Business has provided billions of people around the world with endless opportunities. From personal laptops to affordable air travel, innovative business models have provided us with a wealth of comforts the world over.  However, there are still those who live day to day without products, services, and opportunities that so many take for granted.

More than 20% of Peruvians (6.5 million) do not have access to electricity. 35% (16.7 million) of all Colombians are unbanked, as is 65% of the population of all of Latin America. (1) Nearly 54% (8 million) of Guatemalans live below the poverty line ($1.25/day), while 75% (11.3 million) of the population participates in the informal economy. (2)

Though these statistics may seem daunting at first, three regional innovators are successfully tackling these challenges – Alicia Kozuch, Founder of Buen Power (Peru), Ana Barrera, Founder of Aflore (Colombia), and Sophie Eckrich, Founder of Teysha (Guatemala). These entrepreneurs are harnessing the power of business to electrify remote rural communities, build trust in often uncertain financial systems, and create a direct connection between artisans and customers – all while making a profit and shifting the way their respective industries view success.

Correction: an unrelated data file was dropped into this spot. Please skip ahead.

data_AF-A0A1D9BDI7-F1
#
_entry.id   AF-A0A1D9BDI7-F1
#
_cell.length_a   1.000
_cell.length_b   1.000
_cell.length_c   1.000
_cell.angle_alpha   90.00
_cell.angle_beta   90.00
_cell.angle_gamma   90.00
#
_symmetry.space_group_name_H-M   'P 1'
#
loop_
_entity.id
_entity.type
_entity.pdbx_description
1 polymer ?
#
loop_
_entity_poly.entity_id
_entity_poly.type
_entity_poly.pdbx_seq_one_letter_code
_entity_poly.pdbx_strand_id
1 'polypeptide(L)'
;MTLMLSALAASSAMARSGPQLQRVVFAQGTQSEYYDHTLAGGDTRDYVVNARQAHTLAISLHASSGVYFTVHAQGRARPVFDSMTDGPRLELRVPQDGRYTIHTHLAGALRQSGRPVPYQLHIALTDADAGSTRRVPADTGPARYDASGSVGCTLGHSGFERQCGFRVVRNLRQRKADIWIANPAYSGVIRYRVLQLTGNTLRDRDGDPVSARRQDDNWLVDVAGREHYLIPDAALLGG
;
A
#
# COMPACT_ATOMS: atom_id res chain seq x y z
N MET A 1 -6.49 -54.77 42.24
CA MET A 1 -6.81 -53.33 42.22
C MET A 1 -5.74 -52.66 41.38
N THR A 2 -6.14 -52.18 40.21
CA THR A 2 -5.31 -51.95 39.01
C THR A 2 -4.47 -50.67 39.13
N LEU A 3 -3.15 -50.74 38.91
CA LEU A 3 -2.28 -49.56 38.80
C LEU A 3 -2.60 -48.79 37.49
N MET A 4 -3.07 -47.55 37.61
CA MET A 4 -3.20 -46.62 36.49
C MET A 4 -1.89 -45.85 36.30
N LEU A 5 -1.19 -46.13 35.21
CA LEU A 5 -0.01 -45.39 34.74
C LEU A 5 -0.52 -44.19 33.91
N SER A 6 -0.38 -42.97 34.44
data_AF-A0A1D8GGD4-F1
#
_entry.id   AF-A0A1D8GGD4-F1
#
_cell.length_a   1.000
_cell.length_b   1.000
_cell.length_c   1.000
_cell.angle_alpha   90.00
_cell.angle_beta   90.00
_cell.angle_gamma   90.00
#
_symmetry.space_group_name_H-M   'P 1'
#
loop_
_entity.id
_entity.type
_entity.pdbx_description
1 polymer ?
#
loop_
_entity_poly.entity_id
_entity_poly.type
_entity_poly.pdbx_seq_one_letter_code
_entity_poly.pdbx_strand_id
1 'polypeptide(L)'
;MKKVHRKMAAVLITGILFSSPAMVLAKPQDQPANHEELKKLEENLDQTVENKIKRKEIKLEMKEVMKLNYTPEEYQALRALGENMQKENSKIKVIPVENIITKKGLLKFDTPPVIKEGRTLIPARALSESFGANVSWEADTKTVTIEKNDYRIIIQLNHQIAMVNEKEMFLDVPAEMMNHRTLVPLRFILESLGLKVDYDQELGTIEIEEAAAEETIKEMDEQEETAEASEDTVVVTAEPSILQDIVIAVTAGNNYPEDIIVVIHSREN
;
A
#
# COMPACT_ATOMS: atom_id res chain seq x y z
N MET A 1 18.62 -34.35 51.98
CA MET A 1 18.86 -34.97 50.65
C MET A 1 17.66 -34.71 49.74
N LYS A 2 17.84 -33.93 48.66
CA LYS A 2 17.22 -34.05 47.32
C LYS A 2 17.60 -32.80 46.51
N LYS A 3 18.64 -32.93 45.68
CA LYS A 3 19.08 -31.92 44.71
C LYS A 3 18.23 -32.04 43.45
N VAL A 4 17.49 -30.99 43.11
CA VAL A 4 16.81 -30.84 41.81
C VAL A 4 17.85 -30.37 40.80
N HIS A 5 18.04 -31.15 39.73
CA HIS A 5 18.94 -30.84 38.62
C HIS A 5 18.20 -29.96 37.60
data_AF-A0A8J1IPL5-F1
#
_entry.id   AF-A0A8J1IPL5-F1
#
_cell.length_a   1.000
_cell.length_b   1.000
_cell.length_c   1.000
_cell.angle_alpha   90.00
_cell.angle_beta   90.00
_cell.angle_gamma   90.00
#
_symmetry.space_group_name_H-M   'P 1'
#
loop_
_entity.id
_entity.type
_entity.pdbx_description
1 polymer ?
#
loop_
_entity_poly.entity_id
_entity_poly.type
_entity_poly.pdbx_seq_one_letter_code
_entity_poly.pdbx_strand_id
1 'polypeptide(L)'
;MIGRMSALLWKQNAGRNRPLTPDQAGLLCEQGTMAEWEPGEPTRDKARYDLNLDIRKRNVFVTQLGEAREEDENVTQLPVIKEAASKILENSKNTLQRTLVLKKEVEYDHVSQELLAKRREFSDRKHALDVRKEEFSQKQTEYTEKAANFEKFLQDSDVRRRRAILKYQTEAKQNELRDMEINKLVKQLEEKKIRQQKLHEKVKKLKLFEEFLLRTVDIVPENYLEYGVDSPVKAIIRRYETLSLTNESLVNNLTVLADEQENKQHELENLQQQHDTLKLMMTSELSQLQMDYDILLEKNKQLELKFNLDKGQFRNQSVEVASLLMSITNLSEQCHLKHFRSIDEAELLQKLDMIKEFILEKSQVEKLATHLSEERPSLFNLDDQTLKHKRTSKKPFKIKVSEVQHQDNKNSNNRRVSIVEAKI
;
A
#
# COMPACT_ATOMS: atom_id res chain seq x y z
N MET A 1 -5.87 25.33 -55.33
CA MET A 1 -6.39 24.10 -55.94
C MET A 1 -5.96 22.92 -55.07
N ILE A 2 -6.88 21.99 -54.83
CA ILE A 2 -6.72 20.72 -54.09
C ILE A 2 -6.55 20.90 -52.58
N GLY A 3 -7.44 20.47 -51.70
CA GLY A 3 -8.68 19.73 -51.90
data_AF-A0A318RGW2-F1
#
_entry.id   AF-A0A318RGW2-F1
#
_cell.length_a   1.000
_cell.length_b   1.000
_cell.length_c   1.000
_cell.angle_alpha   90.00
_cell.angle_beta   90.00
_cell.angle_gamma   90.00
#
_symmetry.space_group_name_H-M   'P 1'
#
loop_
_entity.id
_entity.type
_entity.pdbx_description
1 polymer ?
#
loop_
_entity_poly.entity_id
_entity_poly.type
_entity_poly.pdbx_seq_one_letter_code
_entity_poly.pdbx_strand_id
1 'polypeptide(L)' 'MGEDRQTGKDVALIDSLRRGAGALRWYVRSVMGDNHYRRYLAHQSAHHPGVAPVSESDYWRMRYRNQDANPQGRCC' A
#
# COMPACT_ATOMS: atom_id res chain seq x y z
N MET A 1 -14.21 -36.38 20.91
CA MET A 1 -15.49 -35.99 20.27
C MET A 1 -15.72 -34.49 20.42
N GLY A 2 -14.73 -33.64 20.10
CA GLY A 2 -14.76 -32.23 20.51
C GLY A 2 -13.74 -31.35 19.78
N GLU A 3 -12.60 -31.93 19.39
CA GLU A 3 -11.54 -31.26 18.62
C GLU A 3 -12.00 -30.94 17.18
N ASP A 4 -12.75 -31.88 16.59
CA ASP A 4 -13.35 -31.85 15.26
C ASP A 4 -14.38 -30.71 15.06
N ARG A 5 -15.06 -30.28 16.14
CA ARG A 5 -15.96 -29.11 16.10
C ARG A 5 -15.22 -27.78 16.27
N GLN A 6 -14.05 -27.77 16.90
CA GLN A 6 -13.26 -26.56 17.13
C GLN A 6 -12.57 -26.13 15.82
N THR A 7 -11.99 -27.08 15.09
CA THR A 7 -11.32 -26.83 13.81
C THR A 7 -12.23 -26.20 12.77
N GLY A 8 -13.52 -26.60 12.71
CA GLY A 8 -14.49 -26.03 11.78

Alicia, Ana, and Sophie are all 2014 McNulty Fellows, an annual scholarship award funded by the McNulty Foundation. Each year, the McNulty Foundation selects three outstanding women entrepreneurs accepted into our Accelerator program and funds their participation in an effort to amplify market-driven solutions to pressing issues in Latin America.

LIGHTING UP PERU